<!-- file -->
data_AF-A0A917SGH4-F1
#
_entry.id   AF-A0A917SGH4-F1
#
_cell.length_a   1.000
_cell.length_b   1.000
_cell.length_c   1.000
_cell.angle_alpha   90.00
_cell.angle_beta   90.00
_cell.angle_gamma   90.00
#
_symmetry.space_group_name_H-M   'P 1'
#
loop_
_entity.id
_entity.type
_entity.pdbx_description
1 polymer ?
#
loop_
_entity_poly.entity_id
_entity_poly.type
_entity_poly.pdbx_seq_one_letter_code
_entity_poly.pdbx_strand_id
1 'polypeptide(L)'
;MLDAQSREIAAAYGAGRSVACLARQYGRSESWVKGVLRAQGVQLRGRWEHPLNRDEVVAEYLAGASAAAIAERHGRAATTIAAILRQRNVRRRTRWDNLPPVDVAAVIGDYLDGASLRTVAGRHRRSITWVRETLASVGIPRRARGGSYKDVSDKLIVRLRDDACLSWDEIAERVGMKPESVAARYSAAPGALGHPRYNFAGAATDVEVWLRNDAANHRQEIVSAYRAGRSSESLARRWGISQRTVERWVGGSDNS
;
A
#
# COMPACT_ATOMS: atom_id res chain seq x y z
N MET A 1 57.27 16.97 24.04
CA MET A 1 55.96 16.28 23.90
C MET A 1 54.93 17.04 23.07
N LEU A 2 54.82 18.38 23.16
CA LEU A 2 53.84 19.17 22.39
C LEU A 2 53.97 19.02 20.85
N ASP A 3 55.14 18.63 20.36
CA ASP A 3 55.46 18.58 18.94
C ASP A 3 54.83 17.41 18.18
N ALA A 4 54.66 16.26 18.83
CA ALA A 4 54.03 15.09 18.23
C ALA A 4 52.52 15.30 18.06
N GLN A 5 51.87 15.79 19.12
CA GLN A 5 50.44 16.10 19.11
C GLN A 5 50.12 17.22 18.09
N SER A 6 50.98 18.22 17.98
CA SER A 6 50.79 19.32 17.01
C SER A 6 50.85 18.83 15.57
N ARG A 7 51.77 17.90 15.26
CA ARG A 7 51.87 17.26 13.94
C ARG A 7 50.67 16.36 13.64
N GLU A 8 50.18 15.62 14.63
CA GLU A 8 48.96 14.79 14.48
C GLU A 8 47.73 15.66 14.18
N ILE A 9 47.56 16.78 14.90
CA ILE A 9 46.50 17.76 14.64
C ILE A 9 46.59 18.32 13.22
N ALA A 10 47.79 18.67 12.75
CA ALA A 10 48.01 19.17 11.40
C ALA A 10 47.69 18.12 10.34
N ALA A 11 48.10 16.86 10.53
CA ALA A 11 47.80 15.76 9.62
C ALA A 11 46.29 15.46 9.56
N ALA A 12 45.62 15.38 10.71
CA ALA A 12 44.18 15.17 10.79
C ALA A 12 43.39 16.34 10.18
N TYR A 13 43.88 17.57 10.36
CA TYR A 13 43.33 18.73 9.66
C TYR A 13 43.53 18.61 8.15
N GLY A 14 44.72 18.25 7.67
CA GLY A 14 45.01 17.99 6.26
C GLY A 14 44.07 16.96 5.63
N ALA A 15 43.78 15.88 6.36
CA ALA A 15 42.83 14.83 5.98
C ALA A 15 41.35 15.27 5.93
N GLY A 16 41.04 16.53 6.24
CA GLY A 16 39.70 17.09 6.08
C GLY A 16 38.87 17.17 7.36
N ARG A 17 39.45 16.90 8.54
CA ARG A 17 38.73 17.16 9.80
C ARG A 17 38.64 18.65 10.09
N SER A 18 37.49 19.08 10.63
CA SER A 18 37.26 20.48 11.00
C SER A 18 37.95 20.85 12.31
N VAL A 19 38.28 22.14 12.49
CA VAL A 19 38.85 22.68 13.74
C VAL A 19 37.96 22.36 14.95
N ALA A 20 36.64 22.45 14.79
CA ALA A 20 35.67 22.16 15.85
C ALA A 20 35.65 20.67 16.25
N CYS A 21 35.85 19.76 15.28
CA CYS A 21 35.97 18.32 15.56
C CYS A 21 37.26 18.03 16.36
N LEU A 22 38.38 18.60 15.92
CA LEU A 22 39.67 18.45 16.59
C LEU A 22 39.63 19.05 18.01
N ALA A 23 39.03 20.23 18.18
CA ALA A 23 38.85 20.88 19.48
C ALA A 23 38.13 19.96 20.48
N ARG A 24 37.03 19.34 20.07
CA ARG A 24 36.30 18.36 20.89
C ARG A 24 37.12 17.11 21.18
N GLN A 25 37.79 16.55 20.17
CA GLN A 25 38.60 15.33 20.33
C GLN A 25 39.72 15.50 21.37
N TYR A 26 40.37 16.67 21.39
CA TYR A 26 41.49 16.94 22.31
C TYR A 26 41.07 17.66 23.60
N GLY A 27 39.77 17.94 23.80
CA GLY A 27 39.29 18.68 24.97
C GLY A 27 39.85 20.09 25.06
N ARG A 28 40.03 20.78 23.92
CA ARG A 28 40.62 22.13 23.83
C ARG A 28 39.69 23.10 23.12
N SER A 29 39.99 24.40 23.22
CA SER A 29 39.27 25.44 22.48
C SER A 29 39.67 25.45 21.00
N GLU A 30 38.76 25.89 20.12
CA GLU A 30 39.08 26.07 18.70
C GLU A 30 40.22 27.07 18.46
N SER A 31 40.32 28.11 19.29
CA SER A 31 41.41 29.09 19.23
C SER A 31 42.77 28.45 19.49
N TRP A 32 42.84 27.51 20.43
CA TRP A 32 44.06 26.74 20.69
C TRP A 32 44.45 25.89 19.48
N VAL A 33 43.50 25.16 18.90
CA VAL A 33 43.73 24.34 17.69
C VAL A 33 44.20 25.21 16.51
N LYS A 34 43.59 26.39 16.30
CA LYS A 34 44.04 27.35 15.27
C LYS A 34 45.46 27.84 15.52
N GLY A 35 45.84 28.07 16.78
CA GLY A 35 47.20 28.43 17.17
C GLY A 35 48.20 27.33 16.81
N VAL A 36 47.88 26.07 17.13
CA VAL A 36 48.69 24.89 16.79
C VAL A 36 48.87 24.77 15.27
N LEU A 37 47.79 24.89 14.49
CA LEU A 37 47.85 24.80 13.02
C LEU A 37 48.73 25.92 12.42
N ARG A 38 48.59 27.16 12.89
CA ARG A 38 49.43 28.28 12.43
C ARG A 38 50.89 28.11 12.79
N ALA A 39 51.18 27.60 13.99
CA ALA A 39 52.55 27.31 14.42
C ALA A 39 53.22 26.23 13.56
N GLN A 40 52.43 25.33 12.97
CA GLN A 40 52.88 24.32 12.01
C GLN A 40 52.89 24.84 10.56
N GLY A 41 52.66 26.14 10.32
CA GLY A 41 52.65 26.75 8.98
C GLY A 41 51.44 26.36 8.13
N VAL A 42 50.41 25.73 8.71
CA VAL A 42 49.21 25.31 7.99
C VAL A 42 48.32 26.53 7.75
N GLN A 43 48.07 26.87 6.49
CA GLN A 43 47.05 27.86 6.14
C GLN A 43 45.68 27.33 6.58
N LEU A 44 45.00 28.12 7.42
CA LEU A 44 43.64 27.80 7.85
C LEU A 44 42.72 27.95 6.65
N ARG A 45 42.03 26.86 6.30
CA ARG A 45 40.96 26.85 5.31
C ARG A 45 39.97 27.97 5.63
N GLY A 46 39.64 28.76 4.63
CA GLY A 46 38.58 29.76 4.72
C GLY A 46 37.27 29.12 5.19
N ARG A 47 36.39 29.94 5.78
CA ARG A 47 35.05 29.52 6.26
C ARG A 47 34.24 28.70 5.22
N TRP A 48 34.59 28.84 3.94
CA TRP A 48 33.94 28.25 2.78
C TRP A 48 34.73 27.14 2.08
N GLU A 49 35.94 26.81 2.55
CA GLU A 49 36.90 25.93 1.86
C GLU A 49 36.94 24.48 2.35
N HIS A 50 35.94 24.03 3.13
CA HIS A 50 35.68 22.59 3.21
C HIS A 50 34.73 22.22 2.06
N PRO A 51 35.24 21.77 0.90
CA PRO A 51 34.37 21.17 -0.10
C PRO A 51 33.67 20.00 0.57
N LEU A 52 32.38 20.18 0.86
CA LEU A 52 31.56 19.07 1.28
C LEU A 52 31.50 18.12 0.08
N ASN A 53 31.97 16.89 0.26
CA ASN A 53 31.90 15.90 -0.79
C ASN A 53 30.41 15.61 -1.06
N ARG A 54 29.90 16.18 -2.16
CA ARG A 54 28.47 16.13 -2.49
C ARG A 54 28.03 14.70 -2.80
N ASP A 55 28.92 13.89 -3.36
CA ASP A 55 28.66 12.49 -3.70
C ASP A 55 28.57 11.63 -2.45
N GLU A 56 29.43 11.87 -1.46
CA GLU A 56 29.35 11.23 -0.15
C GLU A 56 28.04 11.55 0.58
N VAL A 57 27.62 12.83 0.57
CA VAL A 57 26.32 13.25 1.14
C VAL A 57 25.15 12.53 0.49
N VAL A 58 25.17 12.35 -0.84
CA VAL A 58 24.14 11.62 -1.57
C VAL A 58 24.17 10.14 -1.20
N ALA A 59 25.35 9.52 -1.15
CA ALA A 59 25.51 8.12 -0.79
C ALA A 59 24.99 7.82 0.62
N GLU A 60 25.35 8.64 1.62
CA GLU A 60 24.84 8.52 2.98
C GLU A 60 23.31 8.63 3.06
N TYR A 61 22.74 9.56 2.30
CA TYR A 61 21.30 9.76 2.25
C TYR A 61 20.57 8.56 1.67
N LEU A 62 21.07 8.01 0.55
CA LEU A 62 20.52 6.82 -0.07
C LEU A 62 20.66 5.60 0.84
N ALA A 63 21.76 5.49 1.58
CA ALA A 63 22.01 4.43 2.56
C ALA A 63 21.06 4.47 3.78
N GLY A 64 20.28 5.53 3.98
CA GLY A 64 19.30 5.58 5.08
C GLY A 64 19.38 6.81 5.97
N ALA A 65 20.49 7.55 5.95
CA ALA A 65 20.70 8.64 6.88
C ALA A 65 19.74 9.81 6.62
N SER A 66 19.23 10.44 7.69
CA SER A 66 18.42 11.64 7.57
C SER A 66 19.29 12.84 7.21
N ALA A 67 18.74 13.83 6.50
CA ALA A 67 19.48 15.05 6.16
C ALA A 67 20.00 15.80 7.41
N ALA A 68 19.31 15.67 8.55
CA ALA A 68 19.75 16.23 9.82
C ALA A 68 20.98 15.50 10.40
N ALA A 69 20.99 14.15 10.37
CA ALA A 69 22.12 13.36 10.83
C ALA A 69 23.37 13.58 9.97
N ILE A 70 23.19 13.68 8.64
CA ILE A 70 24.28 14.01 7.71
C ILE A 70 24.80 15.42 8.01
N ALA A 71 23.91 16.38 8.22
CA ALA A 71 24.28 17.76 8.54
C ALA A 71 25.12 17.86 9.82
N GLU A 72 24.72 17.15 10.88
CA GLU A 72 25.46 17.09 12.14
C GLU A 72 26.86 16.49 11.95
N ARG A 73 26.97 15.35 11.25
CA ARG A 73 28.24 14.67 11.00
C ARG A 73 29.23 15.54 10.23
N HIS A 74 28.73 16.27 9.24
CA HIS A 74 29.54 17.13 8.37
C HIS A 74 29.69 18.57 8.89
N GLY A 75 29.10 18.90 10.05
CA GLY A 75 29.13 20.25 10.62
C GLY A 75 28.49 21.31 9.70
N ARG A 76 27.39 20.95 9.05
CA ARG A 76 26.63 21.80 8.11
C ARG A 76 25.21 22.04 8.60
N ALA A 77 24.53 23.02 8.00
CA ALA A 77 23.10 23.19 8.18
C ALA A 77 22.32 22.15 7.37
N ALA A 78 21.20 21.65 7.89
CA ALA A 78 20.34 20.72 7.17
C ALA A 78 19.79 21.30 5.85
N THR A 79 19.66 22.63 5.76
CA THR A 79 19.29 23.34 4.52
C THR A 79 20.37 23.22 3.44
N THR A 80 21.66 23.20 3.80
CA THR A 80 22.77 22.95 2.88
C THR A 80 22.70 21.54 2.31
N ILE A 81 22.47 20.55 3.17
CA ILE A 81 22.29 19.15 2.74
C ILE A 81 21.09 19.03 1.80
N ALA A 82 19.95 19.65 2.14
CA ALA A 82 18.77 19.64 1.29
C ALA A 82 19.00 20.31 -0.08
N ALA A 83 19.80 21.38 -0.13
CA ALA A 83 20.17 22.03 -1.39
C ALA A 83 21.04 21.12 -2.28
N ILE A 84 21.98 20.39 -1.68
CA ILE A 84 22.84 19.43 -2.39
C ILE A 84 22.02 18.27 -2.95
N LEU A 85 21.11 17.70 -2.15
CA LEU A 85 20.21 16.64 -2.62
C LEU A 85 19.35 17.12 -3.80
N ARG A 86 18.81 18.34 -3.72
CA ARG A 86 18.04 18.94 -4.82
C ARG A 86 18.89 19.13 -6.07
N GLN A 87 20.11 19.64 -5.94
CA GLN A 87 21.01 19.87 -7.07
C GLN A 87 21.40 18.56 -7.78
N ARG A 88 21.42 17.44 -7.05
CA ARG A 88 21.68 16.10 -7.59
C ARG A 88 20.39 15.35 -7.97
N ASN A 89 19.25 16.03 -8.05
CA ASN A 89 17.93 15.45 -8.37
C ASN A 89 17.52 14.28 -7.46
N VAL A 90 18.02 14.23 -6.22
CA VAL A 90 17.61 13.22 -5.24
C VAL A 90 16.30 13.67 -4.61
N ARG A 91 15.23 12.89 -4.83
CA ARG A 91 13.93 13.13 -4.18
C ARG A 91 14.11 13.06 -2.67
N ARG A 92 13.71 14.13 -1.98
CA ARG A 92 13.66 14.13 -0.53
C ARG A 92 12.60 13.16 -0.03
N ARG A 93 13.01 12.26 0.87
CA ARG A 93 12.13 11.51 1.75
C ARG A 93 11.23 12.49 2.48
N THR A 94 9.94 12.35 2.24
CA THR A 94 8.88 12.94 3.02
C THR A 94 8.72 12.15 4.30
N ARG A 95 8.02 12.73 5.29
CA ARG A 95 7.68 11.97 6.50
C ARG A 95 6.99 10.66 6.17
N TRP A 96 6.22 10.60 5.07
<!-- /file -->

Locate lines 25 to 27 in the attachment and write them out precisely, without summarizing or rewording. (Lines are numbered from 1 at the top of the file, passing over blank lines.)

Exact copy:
1 'polypeptide(L)'
;MLDAQSREIAAAYGAGRSVACLARQYGRSESWVKGVLRAQGVQLRGRWEHPLNRDEVVAEYLAGASAAAIAERHGRAATTIAAILRQRNVRRRTRWDNLPPVDVAAVIGDYLDGASLRTVAGRHRRSITWVRETLASVGIPRRARGGSYKDVSDKLIVRLRDDACLSWDEIAERVGMKPESVAARYSAAPGALGHPRYNFAGAATDVEVWLRNDAANHRQEIVSAYRAGRSSESLARRWGISQRTVERWVGGSDNS
;